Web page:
What is sound? What is a decibel? How does the ear work? These questions and much more answered in this detailed text document.
“Exciting World of Acoustical Links from Denmark” A large collection of interesting, entertaining and useful links about acoustics.
Auditory Perception Lab, Center for New Music & Audio Technologies, Auditory Physiology, Hearing and Acoustics resources.
“engaged in an exploration of the auditory system from the ear canal through the inner ear and into the cortex of the brain…improve hearing aids, auditory implants and develop innovative treatments and intervention methods.”
How to prevent your hearing from being damaged by loud noise, from the American Academy of Otolaryngology, Head and Neck Surgery.
Information about “ringing ears and other head noises perceived in the absence of any external noise source”
“..to educate the public on the dangers of excessive noise, and to provide adequate hearing protection for musicians and music fans.”
“…the risk of hearing damage from headphones is higher than with loudspeakers, even at comparable volumes, due to the close coupling of the transducers to the ears.”
“obsessed headphone geeks at your service” – retailer of Headphones and manufacturer of headphone amplifiers.
High Fidelity Earplugs
Flat attenuation, clear unmuffled sound quality. From Etymotic Research: ER-20 Hi-Fi Earplugs (ready-fit), and Musicians Earplugs (custom molded). Also see Hearos, Pacific Coast Laboratories, and Westone music products.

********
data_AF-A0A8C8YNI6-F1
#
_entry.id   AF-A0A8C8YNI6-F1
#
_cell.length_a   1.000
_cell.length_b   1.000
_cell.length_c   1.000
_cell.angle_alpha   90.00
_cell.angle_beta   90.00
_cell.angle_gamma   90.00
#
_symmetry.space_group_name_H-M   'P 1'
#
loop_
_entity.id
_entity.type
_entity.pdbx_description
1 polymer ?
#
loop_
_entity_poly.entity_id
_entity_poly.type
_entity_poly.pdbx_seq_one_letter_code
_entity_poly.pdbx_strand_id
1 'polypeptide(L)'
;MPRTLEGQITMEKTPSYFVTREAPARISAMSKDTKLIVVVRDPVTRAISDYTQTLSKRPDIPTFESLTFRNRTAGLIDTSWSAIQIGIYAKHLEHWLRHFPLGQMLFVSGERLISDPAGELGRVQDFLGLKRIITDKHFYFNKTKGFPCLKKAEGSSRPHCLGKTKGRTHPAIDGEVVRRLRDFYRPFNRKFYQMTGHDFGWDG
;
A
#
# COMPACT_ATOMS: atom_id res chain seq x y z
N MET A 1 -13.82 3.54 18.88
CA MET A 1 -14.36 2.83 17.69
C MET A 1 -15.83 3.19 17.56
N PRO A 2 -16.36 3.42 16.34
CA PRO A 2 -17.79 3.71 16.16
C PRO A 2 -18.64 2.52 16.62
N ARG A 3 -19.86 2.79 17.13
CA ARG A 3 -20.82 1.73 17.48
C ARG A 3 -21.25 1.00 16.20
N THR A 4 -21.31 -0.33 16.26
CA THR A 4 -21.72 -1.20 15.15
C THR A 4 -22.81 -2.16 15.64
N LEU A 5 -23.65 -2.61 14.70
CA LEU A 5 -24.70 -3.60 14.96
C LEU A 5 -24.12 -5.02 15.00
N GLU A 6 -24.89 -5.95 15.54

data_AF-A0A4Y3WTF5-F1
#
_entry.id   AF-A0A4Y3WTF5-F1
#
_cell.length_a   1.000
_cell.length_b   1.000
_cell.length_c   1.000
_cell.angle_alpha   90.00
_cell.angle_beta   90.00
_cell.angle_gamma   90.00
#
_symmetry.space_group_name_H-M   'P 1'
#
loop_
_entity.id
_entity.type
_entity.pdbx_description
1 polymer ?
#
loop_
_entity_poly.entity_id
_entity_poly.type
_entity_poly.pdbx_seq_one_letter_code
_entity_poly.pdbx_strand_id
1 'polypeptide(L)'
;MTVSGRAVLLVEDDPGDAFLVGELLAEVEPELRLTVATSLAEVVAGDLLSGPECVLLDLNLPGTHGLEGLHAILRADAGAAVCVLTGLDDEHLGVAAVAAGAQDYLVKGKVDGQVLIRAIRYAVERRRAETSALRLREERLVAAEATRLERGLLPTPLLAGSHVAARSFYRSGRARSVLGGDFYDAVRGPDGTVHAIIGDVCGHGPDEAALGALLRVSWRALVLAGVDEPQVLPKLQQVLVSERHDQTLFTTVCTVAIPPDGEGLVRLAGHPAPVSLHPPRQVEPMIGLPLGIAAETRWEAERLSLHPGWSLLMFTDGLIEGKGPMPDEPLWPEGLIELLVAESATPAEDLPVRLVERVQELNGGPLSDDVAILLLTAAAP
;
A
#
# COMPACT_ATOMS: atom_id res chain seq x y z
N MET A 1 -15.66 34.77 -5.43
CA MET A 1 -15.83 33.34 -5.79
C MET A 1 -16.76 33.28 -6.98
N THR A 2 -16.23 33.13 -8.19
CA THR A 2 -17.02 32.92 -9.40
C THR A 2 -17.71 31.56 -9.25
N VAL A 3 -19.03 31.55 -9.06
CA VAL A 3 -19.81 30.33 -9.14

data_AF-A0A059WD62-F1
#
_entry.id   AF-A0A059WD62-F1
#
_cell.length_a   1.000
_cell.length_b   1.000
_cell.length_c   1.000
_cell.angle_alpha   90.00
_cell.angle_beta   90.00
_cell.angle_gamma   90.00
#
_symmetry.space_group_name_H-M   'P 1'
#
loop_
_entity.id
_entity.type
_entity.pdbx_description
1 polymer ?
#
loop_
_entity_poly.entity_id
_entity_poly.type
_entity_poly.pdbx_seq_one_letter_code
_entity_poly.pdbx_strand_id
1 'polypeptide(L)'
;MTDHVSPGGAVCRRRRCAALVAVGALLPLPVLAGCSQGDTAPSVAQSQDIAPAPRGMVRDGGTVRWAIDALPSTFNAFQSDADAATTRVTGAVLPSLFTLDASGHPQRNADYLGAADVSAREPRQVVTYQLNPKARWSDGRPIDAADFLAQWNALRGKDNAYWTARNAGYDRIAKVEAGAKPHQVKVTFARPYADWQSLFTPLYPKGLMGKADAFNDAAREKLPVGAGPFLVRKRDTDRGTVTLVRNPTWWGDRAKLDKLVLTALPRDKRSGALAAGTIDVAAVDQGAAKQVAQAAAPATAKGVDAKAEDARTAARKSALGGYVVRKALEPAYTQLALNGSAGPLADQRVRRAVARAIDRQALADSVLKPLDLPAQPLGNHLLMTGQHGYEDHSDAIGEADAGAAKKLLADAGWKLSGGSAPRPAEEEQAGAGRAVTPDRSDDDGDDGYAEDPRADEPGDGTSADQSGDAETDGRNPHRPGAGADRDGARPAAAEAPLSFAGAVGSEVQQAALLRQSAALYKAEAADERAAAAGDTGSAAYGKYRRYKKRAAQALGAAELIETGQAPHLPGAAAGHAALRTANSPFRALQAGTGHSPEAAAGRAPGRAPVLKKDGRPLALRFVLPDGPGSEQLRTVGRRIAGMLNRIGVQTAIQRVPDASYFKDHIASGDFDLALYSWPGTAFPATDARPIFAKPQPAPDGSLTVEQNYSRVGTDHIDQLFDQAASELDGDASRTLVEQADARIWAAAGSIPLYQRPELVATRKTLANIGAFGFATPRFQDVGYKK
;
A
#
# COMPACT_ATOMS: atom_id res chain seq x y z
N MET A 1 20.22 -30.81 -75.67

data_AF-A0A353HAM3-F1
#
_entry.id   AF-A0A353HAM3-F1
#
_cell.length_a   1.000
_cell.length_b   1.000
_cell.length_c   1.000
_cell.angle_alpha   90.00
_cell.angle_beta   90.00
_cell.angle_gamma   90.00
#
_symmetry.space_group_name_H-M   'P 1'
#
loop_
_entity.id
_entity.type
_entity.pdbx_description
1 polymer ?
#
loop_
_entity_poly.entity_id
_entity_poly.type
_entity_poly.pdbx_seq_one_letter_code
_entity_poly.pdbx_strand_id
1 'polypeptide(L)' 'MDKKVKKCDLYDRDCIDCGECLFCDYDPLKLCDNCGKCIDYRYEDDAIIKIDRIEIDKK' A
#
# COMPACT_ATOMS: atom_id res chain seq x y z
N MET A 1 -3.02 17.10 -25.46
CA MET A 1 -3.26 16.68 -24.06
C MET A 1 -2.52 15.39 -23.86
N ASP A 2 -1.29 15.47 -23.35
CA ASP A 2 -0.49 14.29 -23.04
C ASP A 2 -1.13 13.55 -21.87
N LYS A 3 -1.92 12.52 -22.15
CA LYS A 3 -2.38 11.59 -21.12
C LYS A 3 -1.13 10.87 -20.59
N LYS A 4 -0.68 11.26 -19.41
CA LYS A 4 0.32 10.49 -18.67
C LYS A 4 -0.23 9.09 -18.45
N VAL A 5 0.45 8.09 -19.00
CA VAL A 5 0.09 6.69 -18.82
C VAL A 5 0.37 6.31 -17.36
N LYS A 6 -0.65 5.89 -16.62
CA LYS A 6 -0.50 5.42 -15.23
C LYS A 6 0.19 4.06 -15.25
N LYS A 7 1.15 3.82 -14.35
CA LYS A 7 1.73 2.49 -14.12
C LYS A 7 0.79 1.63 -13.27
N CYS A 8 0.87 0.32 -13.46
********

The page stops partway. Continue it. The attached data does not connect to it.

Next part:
Is there an audible difference between tube sound and transistor sound?
An elegant loudspeaker design. A friend made something similar to these using the Fostex FE83E driver. A single full-range driver with no crossover provides a smooth uncolored sound quality. Light on the bass, but wonderful reproduction of voice and acoustical instruments. Also known as a Voight pipe. Also see the Single Driver Website.
Berkeley’s oldest stereo store, specializing in refurbished components.
“For the design, construction and enjoyment of unusual musical instruments or sound sources…”
Directions and Formula’s for making wind chimes out of solid cylinders or tubes of metal.
Animal communication and associated behavior, sound production, auditory capacities and mechanisms, effects of human-made noise on animals.
Whales and other Cetaceans inhabit an extraordinary acoustic realm, communicating by “singing” to each other across thousands of miles of ocean with powerful voices that can exceed 150 decibels. Ocean Alliance has recorded songs from humpback populations throughout the world, building a whale song library that contains the largest collection of humpback recordings – over 6,000 hours of sounds. Here are a few samples of the whale sounds they’ve recorded. While on their site, take a look at the voyage of the Odyssey.
Oceans of Noise
Due to human activities, the oceans are much noisier today than they were just a few decades ago. Because whales and dolphins are so dependent on their sense of sound, this poses a major threat to their wellbeing. For more information, see the 165 page research paper Oceans of Noise (pdf) published by the Whale and Dolphin Conservation Society (WDCS). Also, check out the article Human Noise and Whale Song, “…interfering with the love chat-line, acoustic pollution…could make it more difficult for whales to find each other…”